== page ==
Critic-2 How could he possibly do that ? He's just wasted all his inheritance. I think he's doing it right. He wants to show that he has lost his place in the family. I hope his family accept him.
( Critics sit down; Leaper's friend moves to centre as Leaper comes leaping down centre aisle. )
Leaper's friend Hello. What are you doing here ?
Leaper I'm leaping. It's leap day. Why aren't you leaping ? ( Looks round ) Why isn't everyone leaping ?
Leaper's friend I didn't know I had to. Do you think I should ?
Leaper Well, you might try. Give it a go !
Leaper's friend ( Jumps a couple of times; Leaper jumps too ) It doesn't really seem to do much for me. What's the point ?
Leaper I didn't want to waste leap day. It comes round every four years and nothing ever happens. I thought maybe if I could get some people leaping a bit it might make the whole thing more significant. Or something.
Leaper's friend How's it going ?
Leaper Not too well, really. I've been leaping all morning, but no one's taken much notice, except that they seem to move away a bit. I did think that leaping together might be better, but when I just tried it with you it was just the same as leaping on my own. But if we do nothing, what's the point of having leap days ?
Leaper's friend Well, it's to keep the calendar in step with the year. Julius Caesar started it. The trouble is that the year isn't a whole number of days, so if you try to keep all years the same number of days long, then after a while you find that January's moved from summer to winter. And that wouldn't do.
Leaper Why not ?
Leaper's friend Because you couldn't fix dates sensibly. Some things have to stick with the seasons. If you started with your summer holidays in January, you'd have to shift their calendar dates every few years to keep them in summer. There's not much point in having a calendar at all if important things don't stand still.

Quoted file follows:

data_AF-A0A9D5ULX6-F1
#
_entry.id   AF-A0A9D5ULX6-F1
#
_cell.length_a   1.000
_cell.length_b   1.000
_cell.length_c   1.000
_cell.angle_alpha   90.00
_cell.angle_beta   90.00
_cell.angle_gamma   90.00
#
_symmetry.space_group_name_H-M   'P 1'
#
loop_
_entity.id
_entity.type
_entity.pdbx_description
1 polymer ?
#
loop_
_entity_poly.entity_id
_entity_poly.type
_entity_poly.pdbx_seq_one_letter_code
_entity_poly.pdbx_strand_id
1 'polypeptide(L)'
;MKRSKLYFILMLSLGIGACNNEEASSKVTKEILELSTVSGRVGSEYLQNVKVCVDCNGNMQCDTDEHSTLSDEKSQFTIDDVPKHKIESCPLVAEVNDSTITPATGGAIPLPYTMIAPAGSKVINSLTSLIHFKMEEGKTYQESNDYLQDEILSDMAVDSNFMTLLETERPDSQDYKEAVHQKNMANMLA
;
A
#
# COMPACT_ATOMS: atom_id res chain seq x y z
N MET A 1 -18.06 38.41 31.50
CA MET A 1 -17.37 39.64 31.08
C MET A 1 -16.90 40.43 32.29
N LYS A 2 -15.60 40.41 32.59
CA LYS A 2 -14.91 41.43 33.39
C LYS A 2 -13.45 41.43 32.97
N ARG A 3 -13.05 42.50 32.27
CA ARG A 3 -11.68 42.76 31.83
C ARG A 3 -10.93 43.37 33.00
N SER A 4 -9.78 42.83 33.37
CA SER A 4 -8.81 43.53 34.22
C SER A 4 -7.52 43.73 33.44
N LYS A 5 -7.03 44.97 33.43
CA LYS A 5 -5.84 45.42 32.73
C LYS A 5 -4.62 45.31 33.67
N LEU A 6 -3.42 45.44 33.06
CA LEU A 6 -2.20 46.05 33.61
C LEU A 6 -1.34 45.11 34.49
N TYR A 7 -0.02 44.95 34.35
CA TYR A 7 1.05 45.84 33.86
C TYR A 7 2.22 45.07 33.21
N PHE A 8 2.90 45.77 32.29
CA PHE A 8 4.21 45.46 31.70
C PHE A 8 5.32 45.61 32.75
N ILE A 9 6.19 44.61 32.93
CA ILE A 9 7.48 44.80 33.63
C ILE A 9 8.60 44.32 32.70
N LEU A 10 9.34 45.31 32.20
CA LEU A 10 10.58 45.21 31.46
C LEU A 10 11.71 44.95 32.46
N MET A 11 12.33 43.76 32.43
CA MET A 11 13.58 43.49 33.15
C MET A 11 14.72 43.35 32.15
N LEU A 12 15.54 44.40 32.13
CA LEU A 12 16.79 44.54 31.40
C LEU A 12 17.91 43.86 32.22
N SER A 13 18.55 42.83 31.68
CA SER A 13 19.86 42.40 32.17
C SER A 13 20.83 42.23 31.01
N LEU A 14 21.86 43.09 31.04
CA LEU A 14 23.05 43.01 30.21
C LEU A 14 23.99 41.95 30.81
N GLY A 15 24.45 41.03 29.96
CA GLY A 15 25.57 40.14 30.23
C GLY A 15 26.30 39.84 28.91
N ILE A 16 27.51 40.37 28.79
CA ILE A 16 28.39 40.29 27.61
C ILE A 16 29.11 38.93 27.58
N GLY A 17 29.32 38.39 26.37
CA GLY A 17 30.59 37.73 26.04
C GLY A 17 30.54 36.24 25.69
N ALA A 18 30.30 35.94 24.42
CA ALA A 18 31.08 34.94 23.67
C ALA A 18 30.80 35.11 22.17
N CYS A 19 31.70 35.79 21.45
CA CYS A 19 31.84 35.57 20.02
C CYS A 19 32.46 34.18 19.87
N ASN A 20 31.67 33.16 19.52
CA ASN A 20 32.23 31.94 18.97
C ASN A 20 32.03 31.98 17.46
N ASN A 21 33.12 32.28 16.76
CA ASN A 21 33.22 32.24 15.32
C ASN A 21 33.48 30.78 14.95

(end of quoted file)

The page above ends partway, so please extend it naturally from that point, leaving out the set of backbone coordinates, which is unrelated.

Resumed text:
Leaper What did Julius Caesar do ?
Leaper's friend Well, by that time the astronomers had measured the year pretty accurately and found it was 365 and a quarter days long, so he said that the years would be 365 days long, except once every four years when they'd stick in an extra day to make it work properly.
Leaper Easy, really, when you know. Is that all there is to it ?
Leaper's friend Well, no. Not quite. It was still a bit out - about three quarters of a day too long every century. Pope Gregory the thirteenth sorted that one out in 1582. He was worried that if no one did anything then Christmas, which is always December 25th, would eventually come at the same time as Easter, which is worked out from phases of the moon, and that would really mess up the church calendar. So he ruled that we'd take off a day three out of every four centuries - and that's why years beginning new centuries, which ought to be leap years, are usually not leap years, but 2000 was a leap year.